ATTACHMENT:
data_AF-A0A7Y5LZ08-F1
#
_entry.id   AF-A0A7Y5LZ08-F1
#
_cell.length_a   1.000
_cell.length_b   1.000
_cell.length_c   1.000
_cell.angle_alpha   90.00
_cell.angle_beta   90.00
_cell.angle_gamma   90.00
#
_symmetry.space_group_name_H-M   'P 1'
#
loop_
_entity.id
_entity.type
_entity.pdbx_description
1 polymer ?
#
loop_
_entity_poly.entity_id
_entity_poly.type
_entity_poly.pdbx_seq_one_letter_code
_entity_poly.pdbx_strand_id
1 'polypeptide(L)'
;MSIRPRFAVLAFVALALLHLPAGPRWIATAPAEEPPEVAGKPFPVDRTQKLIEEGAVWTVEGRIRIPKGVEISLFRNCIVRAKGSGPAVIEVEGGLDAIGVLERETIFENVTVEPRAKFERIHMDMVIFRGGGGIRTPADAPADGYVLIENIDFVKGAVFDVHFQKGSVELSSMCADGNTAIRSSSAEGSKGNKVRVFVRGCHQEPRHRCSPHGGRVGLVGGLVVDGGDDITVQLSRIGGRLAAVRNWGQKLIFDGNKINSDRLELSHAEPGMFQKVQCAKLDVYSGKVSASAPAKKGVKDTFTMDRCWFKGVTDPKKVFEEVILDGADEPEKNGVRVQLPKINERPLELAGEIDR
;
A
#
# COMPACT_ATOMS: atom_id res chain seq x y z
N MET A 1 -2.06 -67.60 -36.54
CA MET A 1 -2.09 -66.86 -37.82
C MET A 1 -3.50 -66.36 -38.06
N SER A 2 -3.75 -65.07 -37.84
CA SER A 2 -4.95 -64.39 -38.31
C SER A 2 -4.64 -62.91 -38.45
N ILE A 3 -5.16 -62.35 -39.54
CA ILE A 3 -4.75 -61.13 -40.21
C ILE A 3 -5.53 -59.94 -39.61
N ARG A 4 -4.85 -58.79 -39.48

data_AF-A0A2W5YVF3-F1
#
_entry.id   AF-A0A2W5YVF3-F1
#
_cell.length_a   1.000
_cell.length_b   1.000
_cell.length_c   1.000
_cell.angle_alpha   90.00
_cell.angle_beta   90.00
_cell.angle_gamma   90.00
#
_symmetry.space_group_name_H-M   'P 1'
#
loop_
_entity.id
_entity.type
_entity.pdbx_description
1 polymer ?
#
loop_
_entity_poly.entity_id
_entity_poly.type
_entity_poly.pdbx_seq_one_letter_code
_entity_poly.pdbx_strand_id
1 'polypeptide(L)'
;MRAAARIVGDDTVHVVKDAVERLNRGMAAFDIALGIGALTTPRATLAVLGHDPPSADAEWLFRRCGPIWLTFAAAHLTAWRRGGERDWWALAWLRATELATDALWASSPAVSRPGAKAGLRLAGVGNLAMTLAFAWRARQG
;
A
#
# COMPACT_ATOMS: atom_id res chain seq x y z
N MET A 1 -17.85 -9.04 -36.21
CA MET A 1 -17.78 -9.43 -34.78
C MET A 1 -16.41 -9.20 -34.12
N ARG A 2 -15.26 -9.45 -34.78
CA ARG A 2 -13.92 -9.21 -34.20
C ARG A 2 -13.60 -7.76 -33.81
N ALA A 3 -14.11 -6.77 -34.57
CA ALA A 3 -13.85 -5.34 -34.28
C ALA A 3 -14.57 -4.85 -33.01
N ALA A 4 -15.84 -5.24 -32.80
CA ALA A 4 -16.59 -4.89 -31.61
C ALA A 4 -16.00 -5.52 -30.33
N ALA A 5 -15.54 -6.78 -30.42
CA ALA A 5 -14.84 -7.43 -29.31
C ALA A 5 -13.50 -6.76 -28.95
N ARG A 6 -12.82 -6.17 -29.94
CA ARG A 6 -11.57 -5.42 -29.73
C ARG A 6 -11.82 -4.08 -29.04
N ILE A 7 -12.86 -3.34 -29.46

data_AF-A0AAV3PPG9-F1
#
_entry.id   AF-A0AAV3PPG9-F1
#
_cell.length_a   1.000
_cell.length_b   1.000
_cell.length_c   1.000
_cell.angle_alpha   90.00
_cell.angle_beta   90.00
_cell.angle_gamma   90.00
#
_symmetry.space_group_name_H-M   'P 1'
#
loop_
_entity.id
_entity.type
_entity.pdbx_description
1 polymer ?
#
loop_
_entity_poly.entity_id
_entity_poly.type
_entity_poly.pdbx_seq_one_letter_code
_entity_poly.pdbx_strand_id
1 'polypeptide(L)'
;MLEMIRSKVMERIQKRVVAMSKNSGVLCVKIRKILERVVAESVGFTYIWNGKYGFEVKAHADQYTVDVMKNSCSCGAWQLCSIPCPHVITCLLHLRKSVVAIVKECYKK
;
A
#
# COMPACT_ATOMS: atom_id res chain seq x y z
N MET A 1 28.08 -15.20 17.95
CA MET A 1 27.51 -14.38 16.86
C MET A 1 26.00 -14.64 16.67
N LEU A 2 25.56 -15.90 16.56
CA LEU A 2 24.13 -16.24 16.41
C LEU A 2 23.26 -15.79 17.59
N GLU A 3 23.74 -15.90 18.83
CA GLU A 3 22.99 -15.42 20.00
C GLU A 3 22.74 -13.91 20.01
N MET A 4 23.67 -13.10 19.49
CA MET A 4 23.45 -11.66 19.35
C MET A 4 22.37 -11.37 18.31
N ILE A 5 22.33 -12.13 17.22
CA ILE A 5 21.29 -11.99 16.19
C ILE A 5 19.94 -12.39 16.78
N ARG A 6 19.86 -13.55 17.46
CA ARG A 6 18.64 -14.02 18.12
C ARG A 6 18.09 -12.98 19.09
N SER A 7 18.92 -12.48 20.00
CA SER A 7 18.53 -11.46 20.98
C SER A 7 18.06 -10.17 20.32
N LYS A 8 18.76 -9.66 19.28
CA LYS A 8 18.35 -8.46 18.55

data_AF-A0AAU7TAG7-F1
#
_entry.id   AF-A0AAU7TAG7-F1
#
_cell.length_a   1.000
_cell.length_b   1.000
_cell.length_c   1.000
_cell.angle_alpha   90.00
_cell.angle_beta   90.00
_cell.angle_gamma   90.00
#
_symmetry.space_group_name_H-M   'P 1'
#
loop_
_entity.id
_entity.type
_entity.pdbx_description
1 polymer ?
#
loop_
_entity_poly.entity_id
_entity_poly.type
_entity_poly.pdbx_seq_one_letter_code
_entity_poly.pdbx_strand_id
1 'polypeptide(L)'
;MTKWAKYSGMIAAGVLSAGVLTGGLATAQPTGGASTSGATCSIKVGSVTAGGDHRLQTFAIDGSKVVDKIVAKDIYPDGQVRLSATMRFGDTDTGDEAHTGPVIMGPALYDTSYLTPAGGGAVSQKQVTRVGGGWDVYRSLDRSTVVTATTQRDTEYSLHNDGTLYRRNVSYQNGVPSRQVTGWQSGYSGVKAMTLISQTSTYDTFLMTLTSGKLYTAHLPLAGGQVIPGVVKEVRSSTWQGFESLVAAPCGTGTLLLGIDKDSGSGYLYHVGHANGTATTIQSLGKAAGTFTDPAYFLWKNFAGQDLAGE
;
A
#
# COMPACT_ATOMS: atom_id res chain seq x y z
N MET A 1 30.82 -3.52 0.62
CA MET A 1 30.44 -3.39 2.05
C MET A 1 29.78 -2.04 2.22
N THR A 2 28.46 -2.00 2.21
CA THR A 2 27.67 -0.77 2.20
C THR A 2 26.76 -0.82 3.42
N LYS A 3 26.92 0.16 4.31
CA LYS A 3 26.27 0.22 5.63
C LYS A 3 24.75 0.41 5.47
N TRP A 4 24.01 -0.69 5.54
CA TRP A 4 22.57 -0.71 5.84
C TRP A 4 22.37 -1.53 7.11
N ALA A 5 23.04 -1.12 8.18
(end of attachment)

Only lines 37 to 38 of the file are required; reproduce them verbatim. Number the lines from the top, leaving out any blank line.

N ILE A 3 -5.16 -62.35 -39.54
CA ILE A 3 -4.75 -61.13 -40.21